World Without End, by Ken Follett, is the epic sequel to Pillars of the Earth. This sweeping, multigenerational saga of love, loss, corruption, and triumph begins with four children who witness a murder, and follows those children through their lives in 14th century England, where they encounter devastating wars, corrupt church elections, trials of witchcraft, and the plague, among other disasters.
The story centers around Caris, a strong willed, independent, intelligent merchant’s daughter, and Merthin, a gifted builder and architect. As in Pillars of the Earth, the town’s cathedral and priory are the epicenter of most of the book’s conflicts, and every section is an entirely new adventure.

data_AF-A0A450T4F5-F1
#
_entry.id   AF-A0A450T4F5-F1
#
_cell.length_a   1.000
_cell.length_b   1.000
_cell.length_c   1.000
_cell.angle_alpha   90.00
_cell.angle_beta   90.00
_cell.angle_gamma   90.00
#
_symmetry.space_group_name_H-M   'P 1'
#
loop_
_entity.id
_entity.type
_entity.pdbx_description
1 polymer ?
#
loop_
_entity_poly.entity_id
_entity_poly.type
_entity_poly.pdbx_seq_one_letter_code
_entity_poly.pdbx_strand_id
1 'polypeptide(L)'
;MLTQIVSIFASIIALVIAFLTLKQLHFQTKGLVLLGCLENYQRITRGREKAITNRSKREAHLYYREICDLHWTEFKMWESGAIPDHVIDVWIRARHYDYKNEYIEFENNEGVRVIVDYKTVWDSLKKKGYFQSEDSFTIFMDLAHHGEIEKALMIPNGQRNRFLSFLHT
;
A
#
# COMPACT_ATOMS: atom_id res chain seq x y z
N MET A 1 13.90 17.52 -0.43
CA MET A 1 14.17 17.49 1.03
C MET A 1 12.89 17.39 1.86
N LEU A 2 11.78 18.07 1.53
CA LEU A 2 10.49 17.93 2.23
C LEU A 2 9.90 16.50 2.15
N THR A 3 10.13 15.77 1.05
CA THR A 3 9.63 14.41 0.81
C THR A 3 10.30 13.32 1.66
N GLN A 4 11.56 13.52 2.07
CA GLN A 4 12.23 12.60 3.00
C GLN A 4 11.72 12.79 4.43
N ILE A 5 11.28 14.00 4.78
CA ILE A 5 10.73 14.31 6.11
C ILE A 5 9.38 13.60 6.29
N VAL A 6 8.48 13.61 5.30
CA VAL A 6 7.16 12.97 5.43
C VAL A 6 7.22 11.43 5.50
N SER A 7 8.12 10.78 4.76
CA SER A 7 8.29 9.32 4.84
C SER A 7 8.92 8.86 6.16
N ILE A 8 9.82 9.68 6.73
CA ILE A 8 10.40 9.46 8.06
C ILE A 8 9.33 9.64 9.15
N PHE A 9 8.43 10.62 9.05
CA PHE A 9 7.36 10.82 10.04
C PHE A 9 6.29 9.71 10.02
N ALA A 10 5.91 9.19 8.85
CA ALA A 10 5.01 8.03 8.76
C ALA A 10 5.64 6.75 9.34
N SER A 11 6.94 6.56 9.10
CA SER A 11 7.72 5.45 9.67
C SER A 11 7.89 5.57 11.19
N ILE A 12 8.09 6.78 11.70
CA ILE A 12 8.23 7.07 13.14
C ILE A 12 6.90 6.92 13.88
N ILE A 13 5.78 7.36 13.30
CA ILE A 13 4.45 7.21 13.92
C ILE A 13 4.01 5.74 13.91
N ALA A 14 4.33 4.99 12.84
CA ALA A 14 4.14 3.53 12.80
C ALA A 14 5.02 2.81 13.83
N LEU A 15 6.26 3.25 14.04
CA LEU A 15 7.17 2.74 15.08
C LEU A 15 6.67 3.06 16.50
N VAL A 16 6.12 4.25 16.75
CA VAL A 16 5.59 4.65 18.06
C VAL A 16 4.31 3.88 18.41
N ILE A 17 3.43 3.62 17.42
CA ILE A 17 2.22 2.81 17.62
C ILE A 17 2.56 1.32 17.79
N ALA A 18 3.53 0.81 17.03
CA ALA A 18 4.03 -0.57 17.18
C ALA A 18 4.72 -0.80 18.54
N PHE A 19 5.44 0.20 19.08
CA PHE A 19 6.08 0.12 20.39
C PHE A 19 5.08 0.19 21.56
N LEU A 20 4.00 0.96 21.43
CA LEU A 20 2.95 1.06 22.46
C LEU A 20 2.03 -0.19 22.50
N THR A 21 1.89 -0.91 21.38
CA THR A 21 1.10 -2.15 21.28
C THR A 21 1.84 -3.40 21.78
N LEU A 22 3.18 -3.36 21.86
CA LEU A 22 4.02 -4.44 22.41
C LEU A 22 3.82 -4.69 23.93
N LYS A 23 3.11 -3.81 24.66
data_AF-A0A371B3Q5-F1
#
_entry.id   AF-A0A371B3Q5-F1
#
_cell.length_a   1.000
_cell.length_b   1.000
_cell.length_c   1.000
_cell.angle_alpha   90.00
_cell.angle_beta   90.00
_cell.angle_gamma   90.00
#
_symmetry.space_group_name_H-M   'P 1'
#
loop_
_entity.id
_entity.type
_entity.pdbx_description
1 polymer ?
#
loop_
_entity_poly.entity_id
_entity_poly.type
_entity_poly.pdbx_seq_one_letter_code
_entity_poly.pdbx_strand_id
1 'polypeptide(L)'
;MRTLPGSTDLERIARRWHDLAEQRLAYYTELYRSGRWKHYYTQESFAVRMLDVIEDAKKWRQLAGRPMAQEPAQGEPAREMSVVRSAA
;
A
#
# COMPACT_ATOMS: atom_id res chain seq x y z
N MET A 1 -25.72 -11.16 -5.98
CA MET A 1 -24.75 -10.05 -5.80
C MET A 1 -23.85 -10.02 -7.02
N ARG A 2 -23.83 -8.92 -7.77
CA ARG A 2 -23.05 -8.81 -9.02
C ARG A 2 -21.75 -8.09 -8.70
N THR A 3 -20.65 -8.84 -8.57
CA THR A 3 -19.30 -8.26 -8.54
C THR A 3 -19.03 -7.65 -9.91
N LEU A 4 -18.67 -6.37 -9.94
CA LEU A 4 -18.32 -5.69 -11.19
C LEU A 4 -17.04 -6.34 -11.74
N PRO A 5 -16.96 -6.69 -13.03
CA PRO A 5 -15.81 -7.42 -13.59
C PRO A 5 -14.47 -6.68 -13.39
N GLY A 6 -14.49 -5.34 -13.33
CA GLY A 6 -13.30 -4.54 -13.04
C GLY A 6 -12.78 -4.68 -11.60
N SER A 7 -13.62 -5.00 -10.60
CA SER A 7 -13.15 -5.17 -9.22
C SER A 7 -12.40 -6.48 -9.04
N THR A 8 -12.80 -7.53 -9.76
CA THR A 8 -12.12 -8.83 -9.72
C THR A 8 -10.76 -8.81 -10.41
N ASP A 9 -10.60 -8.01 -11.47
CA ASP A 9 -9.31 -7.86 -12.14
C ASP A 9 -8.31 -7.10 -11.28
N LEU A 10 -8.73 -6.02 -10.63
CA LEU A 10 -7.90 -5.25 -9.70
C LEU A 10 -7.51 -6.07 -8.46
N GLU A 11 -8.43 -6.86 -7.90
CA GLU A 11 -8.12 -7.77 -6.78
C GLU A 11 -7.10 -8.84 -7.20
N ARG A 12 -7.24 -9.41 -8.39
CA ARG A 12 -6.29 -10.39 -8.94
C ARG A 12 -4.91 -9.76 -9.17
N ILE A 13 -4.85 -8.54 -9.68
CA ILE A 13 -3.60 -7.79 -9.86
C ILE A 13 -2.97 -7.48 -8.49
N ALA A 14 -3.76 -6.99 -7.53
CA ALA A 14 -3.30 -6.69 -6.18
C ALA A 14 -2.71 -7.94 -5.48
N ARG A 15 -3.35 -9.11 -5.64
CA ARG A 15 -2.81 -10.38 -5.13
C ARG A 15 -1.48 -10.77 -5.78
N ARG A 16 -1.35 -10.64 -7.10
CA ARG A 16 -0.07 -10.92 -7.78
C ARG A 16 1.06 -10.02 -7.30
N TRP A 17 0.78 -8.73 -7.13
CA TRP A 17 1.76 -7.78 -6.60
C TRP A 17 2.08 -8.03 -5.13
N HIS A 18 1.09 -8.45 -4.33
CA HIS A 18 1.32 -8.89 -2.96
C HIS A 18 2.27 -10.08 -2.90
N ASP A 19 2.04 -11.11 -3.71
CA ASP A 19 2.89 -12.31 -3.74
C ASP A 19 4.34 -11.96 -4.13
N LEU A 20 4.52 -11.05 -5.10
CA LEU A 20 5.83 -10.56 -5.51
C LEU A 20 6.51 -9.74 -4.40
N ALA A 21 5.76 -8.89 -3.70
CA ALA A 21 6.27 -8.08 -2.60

I was reluctant to read a 1014 page novel, but I ended up reading it faster than I have some 200 page books. The momentum Follett creates and sustains against a rich, historical background make the book impossible to put down. He kept me up until the wee hours of the morning on several nights this week. When I finished reading, I thought the books should be made into a mini-series, and it looks like I’ll get my wish.
One word of caution, however: Follet’s books are not for the faint of heart. He spares absolutely nothing in scenes of sex, violence, and war. I don’t shock easily, but several passages in World Without End were gruesome enough to make me put the book down to recover. If you can handle graphic scenes, I highly recommend this book.